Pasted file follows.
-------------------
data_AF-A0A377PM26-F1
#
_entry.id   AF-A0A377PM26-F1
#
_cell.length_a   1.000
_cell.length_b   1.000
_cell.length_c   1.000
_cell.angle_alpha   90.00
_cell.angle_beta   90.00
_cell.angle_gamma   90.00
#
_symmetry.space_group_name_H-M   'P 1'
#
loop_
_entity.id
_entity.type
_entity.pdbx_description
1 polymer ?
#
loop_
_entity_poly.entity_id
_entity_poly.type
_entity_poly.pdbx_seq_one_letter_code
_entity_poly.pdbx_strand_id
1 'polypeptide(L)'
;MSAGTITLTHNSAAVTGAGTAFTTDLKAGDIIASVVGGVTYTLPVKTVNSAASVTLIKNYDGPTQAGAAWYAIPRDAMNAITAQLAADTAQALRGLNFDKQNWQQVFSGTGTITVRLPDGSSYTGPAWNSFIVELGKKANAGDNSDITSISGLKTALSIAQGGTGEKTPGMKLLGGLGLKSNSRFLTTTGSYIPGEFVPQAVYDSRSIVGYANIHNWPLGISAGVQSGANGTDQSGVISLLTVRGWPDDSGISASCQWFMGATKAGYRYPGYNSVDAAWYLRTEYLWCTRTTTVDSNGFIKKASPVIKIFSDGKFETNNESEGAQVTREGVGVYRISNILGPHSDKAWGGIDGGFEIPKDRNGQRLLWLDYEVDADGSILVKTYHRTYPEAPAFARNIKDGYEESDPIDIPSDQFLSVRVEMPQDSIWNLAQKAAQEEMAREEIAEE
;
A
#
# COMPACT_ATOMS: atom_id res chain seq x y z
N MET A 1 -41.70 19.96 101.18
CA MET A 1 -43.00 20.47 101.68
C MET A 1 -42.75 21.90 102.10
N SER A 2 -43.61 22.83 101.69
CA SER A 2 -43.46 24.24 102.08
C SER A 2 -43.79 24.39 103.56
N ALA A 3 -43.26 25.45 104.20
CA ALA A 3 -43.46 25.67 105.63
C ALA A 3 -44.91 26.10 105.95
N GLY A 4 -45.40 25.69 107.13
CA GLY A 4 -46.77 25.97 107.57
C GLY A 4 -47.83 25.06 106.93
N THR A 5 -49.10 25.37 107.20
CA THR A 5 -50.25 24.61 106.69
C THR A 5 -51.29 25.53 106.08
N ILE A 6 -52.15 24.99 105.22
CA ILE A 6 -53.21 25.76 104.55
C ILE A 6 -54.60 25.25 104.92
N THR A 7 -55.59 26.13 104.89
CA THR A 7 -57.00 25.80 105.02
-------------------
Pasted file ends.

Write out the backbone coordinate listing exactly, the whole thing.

data_AF-A0A377PM26-F1
#
_entry.id   AF-A0A377PM26-F1
#
_cell.length_a   1.000
_cell.length_b   1.000
_cell.length_c   1.000
_cell.angle_alpha   90.00
_cell.angle_beta   90.00
_cell.angle_gamma   90.00
#
_symmetry.space_group_name_H-M   'P 1'
#
loop_
_entity.id
_entity.type
_entity.pdbx_description
1 polymer ?
#
loop_
_entity_poly.entity_id
_entity_poly.type
_entity_poly.pdbx_seq_one_letter_code
_entity_poly.pdbx_strand_id
1 'polypeptide(L)'
;MSAGTITLTHNSAAVTGAGTAFTTDLKAGDIIASVVGGVTYTLPVKTVNSAASVTLIKNYDGPTQAGAAWYAIPRDAMNAITAQLAADTAQALRGLNFDKQNWQQVFSGTGTITVRLPDGSSYTGPAWNSFIVELGKKANAGDNSDITSISGLKTALSIAQGGTGEKTPGMKLLGGLGLKSNSRFLTTTGSYIPGEFVPQAVYDSRSIVGYANIHNWPLGISAGVQSGANGTDQSGVISLLTVRGWPDDSGISASCQWFMGATKAGYRYPGYNSVDAAWYLRTEYLWCTRTTTVDSNGFIKKASPVIKIFSDGKFETNNESEGAQVTREGVGVYRISNILGPHSDKAWGGIDGGFEIPKDRNGQRLLWLDYEVDADGSILVKTYHRTYPEAPAFARNIKDGYEESDPIDIPSDQFLSVRVEMPQDSIWNLAQKAAQEEMAREEIAEE
;
A
#
# COMPACT_ATOMS: atom_id res chain seq x y z
N MET A 1 -41.70 19.96 101.18
CA MET A 1 -43.00 20.47 101.68
C MET A 1 -42.75 21.90 102.10
N SER A 2 -43.61 22.83 101.69
CA SER A 2 -43.46 24.24 102.08
C SER A 2 -43.79 24.39 103.56
N ALA A 3 -43.26 25.45 104.20
CA ALA A 3 -43.46 25.67 105.63
C ALA A 3 -44.91 26.10 105.95
N GLY A 4 -45.40 25.69 107.13
CA GLY A 4 -46.77 25.97 107.57
C GLY A 4 -47.83 25.06 106.93
N THR A 5 -49.10 25.37 107.20
CA THR A 5 -50.25 24.61 106.69
C THR A 5 -51.29 25.53 106.08
N ILE A 6 -52.15 24.99 105.22
CA ILE A 6 -53.21 25.76 104.55
C ILE A 6 -54.60 25.25 104.92
N THR A 7 -55.59 26.13 104.89
CA THR A 7 -57.00 25.80 105.02